gallery Dear Adoption, I’m Hurting

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Dear Adoption, I’m Hurting

You took me away to make me better,
you said it’s the only way,
but I never recovered who I am,
it’s like this, still today.

I am supposed to thank you for this,
I’m supposed to be grateful,
my mum I lost and do so miss,
adoption, you are sinful.

I’ll never forget and not forgive,
what you did to me,
I am, with help, beginning to live,
but this, at fifty three.

Jerry Meehan. Lives in NY; originally from Sligo Ireland. Born in 1963. Adopted in 1965. Found birth family, but it didn’t work out. Mum had already passed. Moving on gradually.

7 comments

  1. Reblogged this on Gazelle's Scirocco Winds and commented:
    This adoptee, now 53, is like so many of us unable to forgive what our collective societies heaped upon us with no permission asked of us. His short poem says it all… He like me and others will remember what was taken from us and what was pressed upon us that we instinctively knew and know to be a tissue of lies …

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  2. Hello, Jerry. Just know that you never walk alone with your feelings. There are legions of us out here who commiserate with your hurt and your sorrow. Keep the faith and your courage and fight on for your preservation- not that of the state or the nation, but of your ancestors who are incorporated in every fibre of your being.
    I well know the horror o f being ripped from my immediate family by my own parents. To this day -I am 20 years older than you-the trauma is still there just under the surface. And any who would have the audacity to suggest that you or I or others should just simply forget about it have no idea the psychological scar an even like this leaves… I was forever separated from my sister and brother, from close family… never to know my 2 sets of grandparents or my many, many cousins, or my aunts and all but one uncle… or even my parents…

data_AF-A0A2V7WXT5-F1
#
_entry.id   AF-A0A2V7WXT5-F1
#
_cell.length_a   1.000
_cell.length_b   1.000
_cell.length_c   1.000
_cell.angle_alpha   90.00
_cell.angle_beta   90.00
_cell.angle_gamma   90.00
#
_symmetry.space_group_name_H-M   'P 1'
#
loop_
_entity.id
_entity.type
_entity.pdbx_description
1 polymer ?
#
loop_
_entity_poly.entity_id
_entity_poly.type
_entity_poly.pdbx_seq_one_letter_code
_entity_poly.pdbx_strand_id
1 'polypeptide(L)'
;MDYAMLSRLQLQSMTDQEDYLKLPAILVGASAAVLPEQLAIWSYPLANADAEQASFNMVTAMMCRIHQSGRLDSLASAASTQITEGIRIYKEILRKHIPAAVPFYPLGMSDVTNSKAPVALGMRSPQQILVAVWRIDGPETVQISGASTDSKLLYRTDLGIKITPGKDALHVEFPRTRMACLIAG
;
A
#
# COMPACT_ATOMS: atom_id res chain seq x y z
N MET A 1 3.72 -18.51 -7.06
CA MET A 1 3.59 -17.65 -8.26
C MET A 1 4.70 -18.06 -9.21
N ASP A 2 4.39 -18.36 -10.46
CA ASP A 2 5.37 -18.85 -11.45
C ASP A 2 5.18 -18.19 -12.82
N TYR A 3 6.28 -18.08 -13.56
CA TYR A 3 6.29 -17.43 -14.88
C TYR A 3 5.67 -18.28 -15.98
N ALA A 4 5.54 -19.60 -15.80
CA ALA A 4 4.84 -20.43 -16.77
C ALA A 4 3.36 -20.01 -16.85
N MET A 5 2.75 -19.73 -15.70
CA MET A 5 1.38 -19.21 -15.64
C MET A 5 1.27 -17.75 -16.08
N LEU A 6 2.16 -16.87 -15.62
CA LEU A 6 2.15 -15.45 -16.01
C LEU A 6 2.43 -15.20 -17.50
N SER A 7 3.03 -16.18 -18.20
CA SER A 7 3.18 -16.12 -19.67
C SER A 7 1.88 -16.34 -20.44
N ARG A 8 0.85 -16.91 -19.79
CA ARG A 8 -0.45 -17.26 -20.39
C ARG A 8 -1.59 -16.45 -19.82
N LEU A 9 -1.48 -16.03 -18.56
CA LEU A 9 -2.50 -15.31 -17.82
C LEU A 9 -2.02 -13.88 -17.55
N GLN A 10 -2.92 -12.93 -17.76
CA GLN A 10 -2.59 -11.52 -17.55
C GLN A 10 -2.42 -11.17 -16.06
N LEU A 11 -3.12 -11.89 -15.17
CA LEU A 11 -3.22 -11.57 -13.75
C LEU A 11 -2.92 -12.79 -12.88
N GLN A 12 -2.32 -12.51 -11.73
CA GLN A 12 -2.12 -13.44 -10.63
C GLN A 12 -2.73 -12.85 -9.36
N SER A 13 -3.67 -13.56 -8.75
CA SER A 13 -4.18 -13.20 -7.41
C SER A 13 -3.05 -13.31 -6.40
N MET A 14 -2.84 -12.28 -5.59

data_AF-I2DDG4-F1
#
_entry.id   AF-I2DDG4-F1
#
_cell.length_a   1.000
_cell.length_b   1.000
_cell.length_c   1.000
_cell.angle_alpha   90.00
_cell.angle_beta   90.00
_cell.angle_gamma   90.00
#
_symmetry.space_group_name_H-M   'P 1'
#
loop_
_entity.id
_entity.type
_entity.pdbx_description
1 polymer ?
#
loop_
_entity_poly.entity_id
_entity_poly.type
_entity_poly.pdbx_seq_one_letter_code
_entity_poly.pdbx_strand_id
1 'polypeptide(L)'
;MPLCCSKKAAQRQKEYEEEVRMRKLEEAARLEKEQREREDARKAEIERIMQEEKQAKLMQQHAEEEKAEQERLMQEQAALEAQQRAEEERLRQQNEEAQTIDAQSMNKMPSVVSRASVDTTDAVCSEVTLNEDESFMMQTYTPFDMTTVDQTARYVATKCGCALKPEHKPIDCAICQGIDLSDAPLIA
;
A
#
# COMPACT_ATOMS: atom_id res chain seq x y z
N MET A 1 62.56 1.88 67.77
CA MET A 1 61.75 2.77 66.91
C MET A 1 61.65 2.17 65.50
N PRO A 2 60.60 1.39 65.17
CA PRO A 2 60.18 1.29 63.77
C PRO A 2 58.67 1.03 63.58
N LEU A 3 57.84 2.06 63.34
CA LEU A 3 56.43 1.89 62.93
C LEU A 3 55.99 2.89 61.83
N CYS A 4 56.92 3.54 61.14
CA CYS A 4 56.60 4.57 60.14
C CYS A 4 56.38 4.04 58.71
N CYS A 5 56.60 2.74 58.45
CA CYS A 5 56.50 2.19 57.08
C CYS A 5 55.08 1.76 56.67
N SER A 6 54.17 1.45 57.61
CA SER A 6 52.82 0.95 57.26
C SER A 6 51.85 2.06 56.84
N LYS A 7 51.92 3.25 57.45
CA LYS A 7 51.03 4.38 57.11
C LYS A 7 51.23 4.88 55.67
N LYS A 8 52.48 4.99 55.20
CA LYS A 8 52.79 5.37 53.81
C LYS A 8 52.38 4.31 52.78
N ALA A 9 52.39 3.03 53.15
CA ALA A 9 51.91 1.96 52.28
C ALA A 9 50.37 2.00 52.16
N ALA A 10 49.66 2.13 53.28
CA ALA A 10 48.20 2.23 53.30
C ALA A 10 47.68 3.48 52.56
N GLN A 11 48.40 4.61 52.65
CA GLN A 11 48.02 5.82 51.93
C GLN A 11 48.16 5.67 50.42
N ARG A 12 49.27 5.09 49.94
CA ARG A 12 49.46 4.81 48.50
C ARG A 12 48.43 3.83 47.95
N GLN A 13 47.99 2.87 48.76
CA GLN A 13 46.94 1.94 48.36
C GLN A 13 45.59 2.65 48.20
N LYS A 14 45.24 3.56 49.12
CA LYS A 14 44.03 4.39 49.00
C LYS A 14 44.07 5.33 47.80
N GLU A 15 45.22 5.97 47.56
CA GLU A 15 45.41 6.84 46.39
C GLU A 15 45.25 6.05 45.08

The sins are of the societies and their agents who collude to take our identities from us and tell us lies; worse, we are treated like minors even into maturity. Never forget that you are the only innocent in these events…
    If you haven’t done so, I would encourage your having your DNA analyzed for the resources it can give you to know who YOU are …and from whence and who your ancestors are. Who knows? You may be related to an Irish King named Niall who lived in the 3rd c AD (CE).
    You have my great empathy and sympathy. Best wishes!

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  3. Feel the pain as most of us do, I’ve found my parents, had a letter but it’s hurting adoptive parent to her core,?it sux being between rock & hard places when where in a hard place to begin with, just so you know seeing adoptees moving forward helps others I assure you

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  4. Hi Jerry,

    Thank you for sharing your story. Your poem is beautiful.

    Adoption, thrust upon you, is a huge loss. Firstly, loosing your connection to the Emerald Isle and then the pain of searching, only to have discovered that your birth mother had ready passed away. The Irish are survivors, a trait which you have always had all your life, not just at 53 years young.

    Yes, there is a very sinful aspect to adoption and those who have told you all your life, ‘how grateful you should be”, are not only abhorrent, but suffer from a deluded sense of superiority.

    You know to well, that the primal wound can have long life lasting effects.

    Blessings and the luck of the Irish to you,

    Aimee

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  5. Hi Jerry,

    Your poem is beautiful, so thank you for sharing your story. Too many Irish have lost their connection to the Emerald Isle and also finding out your bio mother had already died, must have been devastating for you.

    The primal would, which you know all too well, can last a life time. Those who abhorrent people who talk down to others who’ve come from less fortunate circumstances, with comments such as “you should be grateful’, suffer from a deluded sense of superiority.

    The Irish are survivors and this is a trait you have had all your life, not just at 53 years young.

    Blessings and the luck of the Irish to you

    Like

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